Category Archives: Steam engine powered photos
Leon Serpollet and his brother Henri, early French steam car pioneers, worked together to perfect the flash tube boiler that introduced an efficient and new way produce steam. The exact date that their innovative system was first built appears to be unknown, but after further development it went on to make steam power in an automobile more practical because of its advanced design and quick steam output.
A steam tricycle was built in the late eighteen-eighties to test the system and it soon convinced others of the merit of the design. In 1898 the brothers met Frank Gardner, a wealthy American and the Gardener-Serpollet Company was soon formed. Shortly afterwards, one of the best-engineered early steam cars to be found entered the automotive marketplace.
The flash-tube or mono tube boiler as it is also known, turns a small quantity of water into steam quickly and it also has the ability to provide a continual supply to the engine when correctly designed. The new boiler also reduced the long period of time it took to get a conventional unit up to a useable pressure. Linking it to the advanced four cylinder engine Serpollet designed, resulted in a fast and powerful performer.
The Gardener-Serpollet success story soon resulted in Leon setting a new World Land Speed Record at 75.06 mph on April 13, 1902, driving the “Easter Egg” in Nice, France. He then turned his attention to producing the Gardner-Serpollet and the Serpollet Steam Tram until his death in 1907. Top photo from the Peter Helck collection courtesy of Racemaker Press.
The photo above shows what appears to be a 1904 Serpollet racing car. It is unknown at this point if it did in fact ever take part in a competition event. If you can tell us anything about this unusual car wearing a large steam condensor mounted out front, please send us a comment. Photo via Isabelle Bracquemond courtesy of Varia.
The photo below shows a slightly later 1906 Gardner-Serpollet engine, which clearly illustrates the advanced enclosed design and the camshaft actuated poppet valves. More information, photos and illustrations can be found at the source of the photo, Grace’s Guide. You can also view a 1903 Gardner-Serpollet in the collection at the Larz Anderson Museum.
* Update * at the bottom of the post.
If you have been a reader The Old Motor for a while, you know that we like steam-power and everything that goes along with it, so it makes sense to use it to bring in the New Year and our fourth season of publishing the magazine. I grew up hearing the sound of the steam whistle at the Eagle Lock Company in the Terryville, Connecticut, a small factory town. It announced the start and the end of each work day and was used as a call to bring the fireman to the station when there was a fire, but perhaps the best tune it played was the “no school” message on a snowy winter morning.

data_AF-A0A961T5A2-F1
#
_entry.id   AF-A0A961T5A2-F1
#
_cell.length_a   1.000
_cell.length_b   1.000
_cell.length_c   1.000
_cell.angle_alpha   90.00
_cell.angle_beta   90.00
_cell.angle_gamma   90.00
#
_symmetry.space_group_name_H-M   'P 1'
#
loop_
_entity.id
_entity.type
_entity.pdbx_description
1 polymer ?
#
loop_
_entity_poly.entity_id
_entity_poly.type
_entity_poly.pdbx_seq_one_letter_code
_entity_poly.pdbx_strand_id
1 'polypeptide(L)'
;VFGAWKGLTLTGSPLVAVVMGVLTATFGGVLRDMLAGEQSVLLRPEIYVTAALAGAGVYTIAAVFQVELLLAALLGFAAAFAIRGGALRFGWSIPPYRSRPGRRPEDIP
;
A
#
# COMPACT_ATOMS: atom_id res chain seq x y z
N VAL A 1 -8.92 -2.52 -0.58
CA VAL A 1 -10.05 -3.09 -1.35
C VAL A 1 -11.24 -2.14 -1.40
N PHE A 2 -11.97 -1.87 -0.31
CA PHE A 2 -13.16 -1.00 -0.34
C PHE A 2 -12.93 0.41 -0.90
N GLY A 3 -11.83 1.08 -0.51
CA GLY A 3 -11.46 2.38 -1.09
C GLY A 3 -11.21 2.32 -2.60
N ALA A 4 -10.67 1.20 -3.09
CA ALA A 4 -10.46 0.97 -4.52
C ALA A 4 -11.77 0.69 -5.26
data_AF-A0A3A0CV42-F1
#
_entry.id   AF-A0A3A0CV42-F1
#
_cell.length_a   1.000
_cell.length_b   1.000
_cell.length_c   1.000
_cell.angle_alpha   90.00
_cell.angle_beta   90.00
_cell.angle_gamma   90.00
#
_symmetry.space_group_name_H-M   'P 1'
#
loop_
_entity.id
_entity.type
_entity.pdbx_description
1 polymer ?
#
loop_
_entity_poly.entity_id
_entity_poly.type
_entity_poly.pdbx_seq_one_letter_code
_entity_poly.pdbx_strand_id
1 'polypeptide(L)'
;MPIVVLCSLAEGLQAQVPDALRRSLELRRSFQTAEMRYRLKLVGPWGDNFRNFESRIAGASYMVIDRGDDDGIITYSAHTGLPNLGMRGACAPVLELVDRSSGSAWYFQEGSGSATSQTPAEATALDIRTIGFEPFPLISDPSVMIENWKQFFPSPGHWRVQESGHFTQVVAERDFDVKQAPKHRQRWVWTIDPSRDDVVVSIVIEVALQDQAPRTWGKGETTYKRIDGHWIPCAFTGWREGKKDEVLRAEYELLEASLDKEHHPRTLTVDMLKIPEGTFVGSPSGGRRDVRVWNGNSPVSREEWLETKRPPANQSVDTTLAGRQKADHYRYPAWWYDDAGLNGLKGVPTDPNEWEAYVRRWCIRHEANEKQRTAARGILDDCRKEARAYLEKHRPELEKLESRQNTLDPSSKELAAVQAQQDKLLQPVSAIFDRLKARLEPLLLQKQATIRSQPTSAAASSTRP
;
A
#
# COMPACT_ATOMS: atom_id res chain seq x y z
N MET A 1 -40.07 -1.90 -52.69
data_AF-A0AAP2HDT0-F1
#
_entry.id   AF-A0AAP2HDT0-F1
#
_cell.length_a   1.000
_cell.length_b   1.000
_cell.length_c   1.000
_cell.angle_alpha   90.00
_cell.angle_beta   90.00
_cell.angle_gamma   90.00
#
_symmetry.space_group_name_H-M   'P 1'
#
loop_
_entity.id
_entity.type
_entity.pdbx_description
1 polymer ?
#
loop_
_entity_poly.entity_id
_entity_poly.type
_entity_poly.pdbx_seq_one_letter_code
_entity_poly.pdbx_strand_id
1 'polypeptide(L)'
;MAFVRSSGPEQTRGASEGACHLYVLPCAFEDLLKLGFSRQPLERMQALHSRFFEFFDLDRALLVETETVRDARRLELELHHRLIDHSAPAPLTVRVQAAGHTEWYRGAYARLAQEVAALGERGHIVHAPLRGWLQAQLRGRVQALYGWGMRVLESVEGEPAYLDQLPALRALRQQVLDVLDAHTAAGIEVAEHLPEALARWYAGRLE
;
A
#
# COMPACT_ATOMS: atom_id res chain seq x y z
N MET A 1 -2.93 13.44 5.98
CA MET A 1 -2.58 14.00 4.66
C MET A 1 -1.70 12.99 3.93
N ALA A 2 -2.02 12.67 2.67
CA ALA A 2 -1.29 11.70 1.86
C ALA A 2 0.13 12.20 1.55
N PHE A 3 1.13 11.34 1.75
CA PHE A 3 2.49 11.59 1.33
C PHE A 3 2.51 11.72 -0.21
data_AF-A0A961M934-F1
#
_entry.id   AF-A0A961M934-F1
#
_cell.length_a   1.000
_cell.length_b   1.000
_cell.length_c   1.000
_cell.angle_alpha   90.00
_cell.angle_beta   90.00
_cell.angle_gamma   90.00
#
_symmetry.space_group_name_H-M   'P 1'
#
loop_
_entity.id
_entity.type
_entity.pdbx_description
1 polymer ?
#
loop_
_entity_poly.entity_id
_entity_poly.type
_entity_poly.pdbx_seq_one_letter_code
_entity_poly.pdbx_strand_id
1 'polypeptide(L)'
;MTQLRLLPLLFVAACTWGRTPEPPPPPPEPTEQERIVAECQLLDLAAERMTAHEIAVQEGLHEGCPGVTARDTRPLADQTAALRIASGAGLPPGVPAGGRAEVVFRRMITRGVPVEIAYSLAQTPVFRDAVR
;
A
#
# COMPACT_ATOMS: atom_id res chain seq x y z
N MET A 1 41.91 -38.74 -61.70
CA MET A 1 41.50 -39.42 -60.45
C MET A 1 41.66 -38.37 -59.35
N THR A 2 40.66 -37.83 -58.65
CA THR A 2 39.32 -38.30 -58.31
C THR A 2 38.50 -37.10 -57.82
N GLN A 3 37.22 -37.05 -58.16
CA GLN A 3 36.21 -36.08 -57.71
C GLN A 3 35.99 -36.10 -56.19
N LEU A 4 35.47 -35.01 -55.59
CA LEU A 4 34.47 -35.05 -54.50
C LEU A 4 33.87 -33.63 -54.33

Watch and listen to the many sounds of the steam whistle heard in the interesting video above, as it brings in the New Year at the Pratt Institute.
* Update * Keith Willams at the New York Times reports:
“A longstanding Brooklyn tradition might end tonight with a blast – literally. Since 1965, Conrad Milster, the chief engineer at Pratt Institute in Fort Greene, has blown in the new year with his private collection of steam whistles. But the loud whistles marking the start of 2014 might be the last to be heard”.
You can read the rest of the very interesting story by Keith Willams at the New York Times. Just below you can see another short video showing Conrad Milster operating some of his incredible collection of whistles at previous new years event at Pratt.
Jean-Jacques Heilmann, whose patent drawings appear above and in two thumbnails below, was a French engineer and inventor who is perhaps best known for his steam – electric railway locomotives. He built a prototype in 1894 and two larger locomotives in 1897. Heilmann experimented with both DC and three phase AC current systems to determine which would suit the locomotive application best. He chose DC, finding that it allowed the steam engine and generator to work efficiently at a constant speed while the traction motor speed could be varied.
The two cylinder compound steam engine in the prototype developed between 600 horsepower at 360 r.p.m. and 1000 horsepower at 600 r.p.m. It drove a dynamo that generated about 400 kilowatts. This combination allowed speeds of between 40 and 66 miles per hour to be maintained while hauling a train with a combined weight of 183 tons on a 33 mile test run. His engines are rightfully considered to be the ancestors of the modern diesel-electric locomotive.
- Above, middle and below is No. 8001, Heilmann’s ninety-three foot long, 122 ton steam-electric locomotive, one of two built in 1897.
It appears that the design for the Compound Spring Suspension System came from the same fertile imagination. The chassis in our workshop photo above looks quite similar to the earlier Pipe bus we covered here recently, with the exception of not having rubber tires mounted. Although the photo quality is poor, when the original was enlarged, the Pipe insignia can clearly be seen on the rear hubcap. This leads us to suspect that they are one and the same unless other units unknown to us were also assembled. Heilmann’s patent and drawings can be seen here. You can also find many more unusual machines on The Old Motor. Photos courtesy of Ariejan Bos